1. Which was a shocking revelation for me. []
  2. That’s why we have gay Republicans, the unicorns of the political world. []
  3. Unless you’re the person that all those voter ID laws in Texas were written for. []

8 Comments Nobody Ever Asks, “Who Didn’t You Vote for?”

  1. Peter Bramley

    Hey Jeff,

    I’d ask you to consider this: In 2000, Ralph Nader ran on the Green Party ticket for President of the United States. He won tens of thousands of votes in Florida while Gore lost in Florida by less than 600 (yes, those numbers are still a controversy.)

    What isn’t a controversy is the damage done to our country by George H. W. Bush, in my opinion, by the appointment of Supreme Court Justices Souter and Thomas. Not to mention setting up the Bush dynasty that created all manner of global chaos.

    I totally get the drive to shake up our American political system and create a new and modern state that does a better job of taking care of its citizens. However, in my view, this election is truly about the generational damage that might well be done by Trump and his nomination of SCOTUS Justices.

    Please consider.

    Reply
    1. Colleen Swehla

      I voted for Nader in 2000. I had been wanting progressive change since I was in college and the Democratic Party wasn’t making it happen fast enough! Now that I am thinking about this, it was you, Jeff that told me that change happens slowly and I have always remembered that and tempered my expectations for what others can and will do to make this a better country. Now, I know my part: I will certainly vote for civility, respect and diplomacy because I truly believe in those attributes for our leaders. I also believe that our system is faulty and I will work and “hope” for that change. But I’m afraid this election is more about the attributes we DON’T WANT in a “leader”. And Donald Trump personifies those. Thanks as always, for your thoughtful essay.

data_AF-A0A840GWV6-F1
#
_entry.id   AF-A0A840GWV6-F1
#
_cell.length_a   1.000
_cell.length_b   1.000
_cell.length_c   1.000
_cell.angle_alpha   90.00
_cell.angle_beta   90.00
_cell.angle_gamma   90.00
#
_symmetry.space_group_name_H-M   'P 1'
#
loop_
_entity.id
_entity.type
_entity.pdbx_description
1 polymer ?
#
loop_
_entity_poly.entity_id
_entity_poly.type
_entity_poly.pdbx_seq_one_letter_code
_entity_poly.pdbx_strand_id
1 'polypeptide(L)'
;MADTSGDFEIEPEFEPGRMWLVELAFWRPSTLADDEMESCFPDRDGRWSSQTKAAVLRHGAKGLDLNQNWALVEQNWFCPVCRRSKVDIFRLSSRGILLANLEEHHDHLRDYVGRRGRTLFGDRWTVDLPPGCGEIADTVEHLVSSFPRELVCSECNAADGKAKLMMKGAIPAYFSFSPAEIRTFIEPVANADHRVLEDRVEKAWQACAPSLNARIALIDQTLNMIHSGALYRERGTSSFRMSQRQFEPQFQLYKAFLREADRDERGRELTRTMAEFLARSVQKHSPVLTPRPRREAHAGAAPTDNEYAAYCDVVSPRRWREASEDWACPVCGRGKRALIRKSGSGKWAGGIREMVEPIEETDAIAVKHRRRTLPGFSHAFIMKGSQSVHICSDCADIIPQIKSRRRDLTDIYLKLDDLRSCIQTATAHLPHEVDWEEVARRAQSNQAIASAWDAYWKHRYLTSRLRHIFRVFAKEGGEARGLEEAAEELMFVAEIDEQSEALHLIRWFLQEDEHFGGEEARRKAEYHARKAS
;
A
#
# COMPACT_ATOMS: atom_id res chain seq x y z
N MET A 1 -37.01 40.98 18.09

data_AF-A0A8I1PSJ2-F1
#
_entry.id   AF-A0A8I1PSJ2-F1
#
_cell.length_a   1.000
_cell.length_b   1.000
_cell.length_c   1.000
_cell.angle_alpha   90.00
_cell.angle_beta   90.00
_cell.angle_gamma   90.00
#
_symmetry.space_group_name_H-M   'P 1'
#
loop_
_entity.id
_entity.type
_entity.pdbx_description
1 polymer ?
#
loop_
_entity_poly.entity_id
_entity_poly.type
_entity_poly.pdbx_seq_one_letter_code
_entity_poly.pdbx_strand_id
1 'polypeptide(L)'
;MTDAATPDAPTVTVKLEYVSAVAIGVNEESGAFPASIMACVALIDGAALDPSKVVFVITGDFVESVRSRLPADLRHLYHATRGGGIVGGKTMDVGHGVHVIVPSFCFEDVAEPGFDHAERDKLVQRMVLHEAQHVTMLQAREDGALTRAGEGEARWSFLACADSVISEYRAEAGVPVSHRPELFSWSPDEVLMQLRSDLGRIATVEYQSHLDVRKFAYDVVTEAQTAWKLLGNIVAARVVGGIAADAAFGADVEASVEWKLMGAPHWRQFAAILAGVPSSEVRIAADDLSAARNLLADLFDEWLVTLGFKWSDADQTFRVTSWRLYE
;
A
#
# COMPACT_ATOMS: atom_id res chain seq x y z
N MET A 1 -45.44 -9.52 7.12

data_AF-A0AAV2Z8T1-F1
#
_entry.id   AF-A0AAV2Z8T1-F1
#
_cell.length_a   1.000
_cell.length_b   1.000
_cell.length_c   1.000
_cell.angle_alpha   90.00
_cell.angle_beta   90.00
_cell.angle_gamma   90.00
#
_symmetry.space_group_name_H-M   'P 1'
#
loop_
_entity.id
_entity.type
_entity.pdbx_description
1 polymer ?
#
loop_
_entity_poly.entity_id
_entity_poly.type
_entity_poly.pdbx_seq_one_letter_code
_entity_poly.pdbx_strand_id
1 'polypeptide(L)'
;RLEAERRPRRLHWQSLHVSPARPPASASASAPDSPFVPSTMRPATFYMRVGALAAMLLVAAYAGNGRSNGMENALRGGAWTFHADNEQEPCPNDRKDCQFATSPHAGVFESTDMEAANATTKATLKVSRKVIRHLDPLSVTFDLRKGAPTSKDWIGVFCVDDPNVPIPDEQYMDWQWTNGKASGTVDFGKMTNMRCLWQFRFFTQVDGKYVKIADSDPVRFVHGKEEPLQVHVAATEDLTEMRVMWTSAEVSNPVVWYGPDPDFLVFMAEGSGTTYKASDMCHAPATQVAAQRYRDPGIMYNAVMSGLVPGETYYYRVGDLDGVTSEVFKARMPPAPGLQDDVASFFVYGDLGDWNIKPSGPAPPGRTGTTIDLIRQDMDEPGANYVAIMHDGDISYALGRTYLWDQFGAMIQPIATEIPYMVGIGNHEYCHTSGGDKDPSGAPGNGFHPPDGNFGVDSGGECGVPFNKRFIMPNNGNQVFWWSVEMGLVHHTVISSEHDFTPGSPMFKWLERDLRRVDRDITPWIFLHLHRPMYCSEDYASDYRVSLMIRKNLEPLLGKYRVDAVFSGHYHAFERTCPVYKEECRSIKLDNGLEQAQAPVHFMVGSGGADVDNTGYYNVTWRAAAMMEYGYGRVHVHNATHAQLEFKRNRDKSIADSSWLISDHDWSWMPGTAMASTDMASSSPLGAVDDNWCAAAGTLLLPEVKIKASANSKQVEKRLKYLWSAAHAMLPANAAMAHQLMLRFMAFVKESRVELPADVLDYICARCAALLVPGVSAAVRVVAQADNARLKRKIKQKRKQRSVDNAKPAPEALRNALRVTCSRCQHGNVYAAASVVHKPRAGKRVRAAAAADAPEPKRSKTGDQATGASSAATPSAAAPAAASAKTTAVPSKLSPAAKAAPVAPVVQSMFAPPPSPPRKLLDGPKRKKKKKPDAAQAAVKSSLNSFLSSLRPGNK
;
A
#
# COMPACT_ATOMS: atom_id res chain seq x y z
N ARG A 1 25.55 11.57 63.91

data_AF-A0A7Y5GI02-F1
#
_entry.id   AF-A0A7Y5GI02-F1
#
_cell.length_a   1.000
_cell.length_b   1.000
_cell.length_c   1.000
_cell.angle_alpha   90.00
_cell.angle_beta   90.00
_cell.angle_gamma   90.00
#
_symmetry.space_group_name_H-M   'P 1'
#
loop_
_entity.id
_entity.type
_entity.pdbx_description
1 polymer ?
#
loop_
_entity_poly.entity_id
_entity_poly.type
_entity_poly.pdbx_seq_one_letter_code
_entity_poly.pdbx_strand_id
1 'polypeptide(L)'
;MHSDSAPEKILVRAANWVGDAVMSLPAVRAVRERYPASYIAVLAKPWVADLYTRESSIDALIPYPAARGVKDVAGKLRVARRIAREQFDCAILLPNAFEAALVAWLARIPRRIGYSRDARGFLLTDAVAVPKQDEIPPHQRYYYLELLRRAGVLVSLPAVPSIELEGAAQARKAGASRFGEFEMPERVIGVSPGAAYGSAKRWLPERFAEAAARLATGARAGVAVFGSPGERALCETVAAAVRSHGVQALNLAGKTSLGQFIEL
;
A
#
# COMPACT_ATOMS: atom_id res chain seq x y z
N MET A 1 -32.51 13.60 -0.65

Reply
  2. K Brian Swehla

    Well put Jeff, this is a real interesting election.
    There are two reasons for becoming a politician. :
    1. Cushy job with lots of perks, assistants to do most of the heavy lifting, and lots of TV time. (Self Indulgence)
    2. To try to do something for your country and neighbors. (Patriotic)
    No it’s not always black and white, and the money that gets thrown your way by lobbyists and Corporate campaign donations can lead even the best intentioned person to make some bad choices. (speeches for Goldman Sachs)
    No president can make substantial changes by themselves. No matter what they promise on the campaign trail, without congress behind them they are just wishful thinking.
    So your vote will be more for an ideal than a human. So go with the party that best represents your core beliefs, not the person necessarily.

    Reply